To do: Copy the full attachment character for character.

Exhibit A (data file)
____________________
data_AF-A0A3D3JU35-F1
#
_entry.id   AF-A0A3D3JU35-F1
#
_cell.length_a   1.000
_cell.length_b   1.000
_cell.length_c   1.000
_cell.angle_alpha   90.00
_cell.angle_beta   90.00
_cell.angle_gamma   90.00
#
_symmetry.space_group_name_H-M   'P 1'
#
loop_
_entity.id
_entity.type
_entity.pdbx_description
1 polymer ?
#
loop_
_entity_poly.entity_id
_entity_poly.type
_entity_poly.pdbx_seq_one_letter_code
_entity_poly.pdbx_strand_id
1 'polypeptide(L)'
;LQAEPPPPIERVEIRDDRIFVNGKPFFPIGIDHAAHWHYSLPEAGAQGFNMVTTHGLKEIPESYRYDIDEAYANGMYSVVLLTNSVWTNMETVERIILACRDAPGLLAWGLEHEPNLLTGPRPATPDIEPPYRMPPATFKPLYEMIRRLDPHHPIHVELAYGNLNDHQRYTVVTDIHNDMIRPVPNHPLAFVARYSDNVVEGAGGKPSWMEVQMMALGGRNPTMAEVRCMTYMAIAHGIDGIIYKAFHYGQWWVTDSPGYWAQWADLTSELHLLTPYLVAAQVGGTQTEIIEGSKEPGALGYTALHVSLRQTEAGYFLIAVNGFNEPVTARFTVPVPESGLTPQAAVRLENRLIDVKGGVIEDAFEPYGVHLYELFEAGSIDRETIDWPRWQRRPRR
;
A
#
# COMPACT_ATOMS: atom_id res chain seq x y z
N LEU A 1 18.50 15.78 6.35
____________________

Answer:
data_AF-A0A3D3JU35-F1
#
_entry.id   AF-A0A3D3JU35-F1
#
_cell.length_a   1.000
_cell.length_b   1.000
_cell.length_c   1.000
_cell.angle_alpha   90.00
_cell.angle_beta   90.00
_cell.angle_gamma   90.00
#
_symmetry.space_group_name_H-M   'P 1'
#
loop_
_entity.id
_entity.type
_entity.pdbx_description
1 polymer ?
#
loop_
_entity_poly.entity_id
_entity_poly.type
_entity_poly.pdbx_seq_one_letter_code
_entity_poly.pdbx_strand_id
1 'polypeptide(L)'
;LQAEPPPPIERVEIRDDRIFVNGKPFFPIGIDHAAHWHYSLPEAGAQGFNMVTTHGLKEIPESYRYDIDEAYANGMYSVVLLTNSVWTNMETVERIILACRDAPGLLAWGLEHEPNLLTGPRPATPDIEPPYRMPPATFKPLYEMIRRLDPHHPIHVELAYGNLNDHQRYTVVTDIHNDMIRPVPNHPLAFVARYSDNVVEGAGGKPSWMEVQMMALGGRNPTMAEVRCMTYMAIAHGIDGIIYKAFHYGQWWVTDSPGYWAQWADLTSELHLLTPYLVAAQVGGTQTEIIEGSKEPGALGYTALHVSLRQTEAGYFLIAVNGFNEPVTARFTVPVPESGLTPQAAVRLENRLIDVKGGVIEDAFEPYGVHLYELFEAGSIDRETIDWPRWQRRPRR
;
A
#
# COMPACT_ATOMS: atom_id res chain seq x y z
N LEU A 1 18.50 15.78 6.35